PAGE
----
After years of war and strife, the island of Zhong-Guo in the Middle Kingdom has been reunited under the rule of law, and the noble houses that inhabit it are rushing to cross the seas and claim lands in surrounding areas. The former Empire is ready to be cultivated once more, but if each house hopes to earn a bountiful harvest, they will have to pay a price and cross the dangerous waters that lie between them and their goal.
If you’ve heard of Maple Games, I wouldn’t be surprised at all. Despite not having a published game yet, they are headed by Daryl Andrews, who designed Sagrada, and the fledgling Canadian company has put together a stellar team, including artist Peter Wocken and developer Jessica Davis. Their debut title, Dragon Boats of the Four Seas was designed by Michael Schacht, and while we don’t normally cover Kickstarter games, we got a chance to try it in its completed form and feel confident giving our opinion here.
The main concept of Dragon Boats is to pay for passage for your Farmers to reach one of the four islands surrounding Zhong-Guo and harvest different goods from their shores. You’ll earn rewards for collecting sets of goods as well as building bigger networks of farms. While the rules themselves are very simple, there are a lot of interesting and challenging decisions to make, and many different paths to victory.
The game is played over a series of rounds (usually six) and the rounds are broken up into phases. The island of Zhong-Guo has five different Markets that will each house a different variety of three Goods or allow for special actions. There are also four different docks which will house Dragon Boats preparing to cross the seas to the islands on the other side. Players begin the game with four Bidding discs, 10 Farmers, and a personal board to track their money and store any Goods they collect. Before a game starts, the round tracker cards are laid out and players must place one of their Bidding discs on one of the round cards 2-5. The higher they place their disc, the later in the game they’ll gain access to a fourth bid, but the better the starting resources they’ll get. Right off the bat you’ll have a tough decision to make.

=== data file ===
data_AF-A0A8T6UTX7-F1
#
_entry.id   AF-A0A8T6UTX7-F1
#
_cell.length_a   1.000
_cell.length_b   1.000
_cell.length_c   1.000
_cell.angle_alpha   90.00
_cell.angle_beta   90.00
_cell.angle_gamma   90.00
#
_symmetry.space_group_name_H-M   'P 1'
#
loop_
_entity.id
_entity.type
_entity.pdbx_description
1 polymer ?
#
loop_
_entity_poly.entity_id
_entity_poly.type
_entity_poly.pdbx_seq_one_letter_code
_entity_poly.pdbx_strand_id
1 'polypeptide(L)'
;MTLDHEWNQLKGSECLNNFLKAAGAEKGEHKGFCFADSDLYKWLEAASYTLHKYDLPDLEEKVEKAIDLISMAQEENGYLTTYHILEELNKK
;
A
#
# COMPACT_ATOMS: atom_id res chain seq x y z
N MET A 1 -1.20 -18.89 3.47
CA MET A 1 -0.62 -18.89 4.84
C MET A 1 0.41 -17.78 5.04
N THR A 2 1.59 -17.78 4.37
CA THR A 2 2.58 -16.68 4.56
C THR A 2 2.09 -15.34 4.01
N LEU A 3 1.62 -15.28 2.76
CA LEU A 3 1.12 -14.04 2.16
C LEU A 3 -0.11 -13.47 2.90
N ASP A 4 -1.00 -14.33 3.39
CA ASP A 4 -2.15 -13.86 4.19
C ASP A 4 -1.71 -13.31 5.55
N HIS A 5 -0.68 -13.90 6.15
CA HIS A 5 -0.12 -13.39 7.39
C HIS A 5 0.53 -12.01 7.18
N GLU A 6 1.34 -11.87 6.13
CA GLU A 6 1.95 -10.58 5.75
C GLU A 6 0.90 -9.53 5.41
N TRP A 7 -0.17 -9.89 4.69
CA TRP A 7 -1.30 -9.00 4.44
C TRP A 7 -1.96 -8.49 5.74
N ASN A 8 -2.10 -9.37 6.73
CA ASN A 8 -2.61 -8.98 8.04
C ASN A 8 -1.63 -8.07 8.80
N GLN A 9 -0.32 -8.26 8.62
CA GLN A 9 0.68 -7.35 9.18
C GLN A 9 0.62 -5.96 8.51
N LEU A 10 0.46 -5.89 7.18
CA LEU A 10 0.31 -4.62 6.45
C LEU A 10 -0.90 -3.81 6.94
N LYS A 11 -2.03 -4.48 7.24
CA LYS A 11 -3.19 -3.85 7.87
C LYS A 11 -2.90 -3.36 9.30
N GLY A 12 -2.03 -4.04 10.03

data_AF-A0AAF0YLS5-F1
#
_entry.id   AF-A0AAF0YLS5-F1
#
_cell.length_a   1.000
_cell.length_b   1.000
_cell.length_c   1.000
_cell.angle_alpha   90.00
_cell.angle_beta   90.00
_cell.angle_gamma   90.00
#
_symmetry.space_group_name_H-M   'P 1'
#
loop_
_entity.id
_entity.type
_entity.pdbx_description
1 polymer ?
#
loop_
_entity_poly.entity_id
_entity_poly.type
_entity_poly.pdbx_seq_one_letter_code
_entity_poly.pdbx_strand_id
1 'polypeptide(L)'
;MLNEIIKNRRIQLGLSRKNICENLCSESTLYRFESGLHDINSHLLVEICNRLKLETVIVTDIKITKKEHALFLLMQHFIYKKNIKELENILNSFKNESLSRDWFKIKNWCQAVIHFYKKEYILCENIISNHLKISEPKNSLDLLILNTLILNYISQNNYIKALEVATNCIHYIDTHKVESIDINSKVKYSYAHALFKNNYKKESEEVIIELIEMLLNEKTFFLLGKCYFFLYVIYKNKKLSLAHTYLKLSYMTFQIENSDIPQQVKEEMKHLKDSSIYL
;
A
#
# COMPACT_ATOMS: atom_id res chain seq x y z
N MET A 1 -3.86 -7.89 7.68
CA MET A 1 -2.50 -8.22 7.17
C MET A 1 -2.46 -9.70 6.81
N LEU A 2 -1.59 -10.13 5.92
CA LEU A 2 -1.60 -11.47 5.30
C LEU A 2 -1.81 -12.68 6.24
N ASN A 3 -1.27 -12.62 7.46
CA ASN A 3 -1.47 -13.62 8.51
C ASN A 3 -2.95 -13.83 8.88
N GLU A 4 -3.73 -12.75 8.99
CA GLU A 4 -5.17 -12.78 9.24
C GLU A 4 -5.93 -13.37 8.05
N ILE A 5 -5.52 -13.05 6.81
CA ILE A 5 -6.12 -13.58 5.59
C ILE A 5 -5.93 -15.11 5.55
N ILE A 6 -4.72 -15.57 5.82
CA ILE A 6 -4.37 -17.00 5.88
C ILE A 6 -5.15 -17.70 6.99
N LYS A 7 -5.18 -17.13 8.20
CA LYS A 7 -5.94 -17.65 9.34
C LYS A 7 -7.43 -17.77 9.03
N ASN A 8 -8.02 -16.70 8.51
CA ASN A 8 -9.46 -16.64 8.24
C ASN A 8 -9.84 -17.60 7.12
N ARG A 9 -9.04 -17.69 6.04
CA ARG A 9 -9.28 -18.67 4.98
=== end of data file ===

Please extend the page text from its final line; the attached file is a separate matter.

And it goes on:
The Bidding phase starts each round. I, turn, players can place their Bidding discs on the different Markets of Zhong-Guo, or on their personal board to gain money through a personal action. Multiple players can go to the same Market, simply stacking their discs as they visit them. Each Market will have a full compliment of three Goods randomly placed there at the start of a round, so some may be more popular than others. Once all of the Bidding has been done, it’s time to pay the piper!
During the Pay phase the Markets are assessed from left to right. The player with the topmost Bidding disc gets the opportunity to pay first for one of the Goods at the Market, but they must pay the value in coins equal to the number of discs there. The more popular a Market, the more expansive it is to buy there. If a Market is particularly popular, there may be more discs than Goods. In that case a player may not even get the chance to pay for one. However, it’s not a total loss. If a player can’t or chooses not to buy a Good, they can take their disc back for a coin. The fifth Market allows players two different actions and they’re able to do both if they so desire. First, they can trade in a Good for a random Good from the bag plus a Food card (we’ll get there), next, they can spend a Treasure card to take a Bonus card.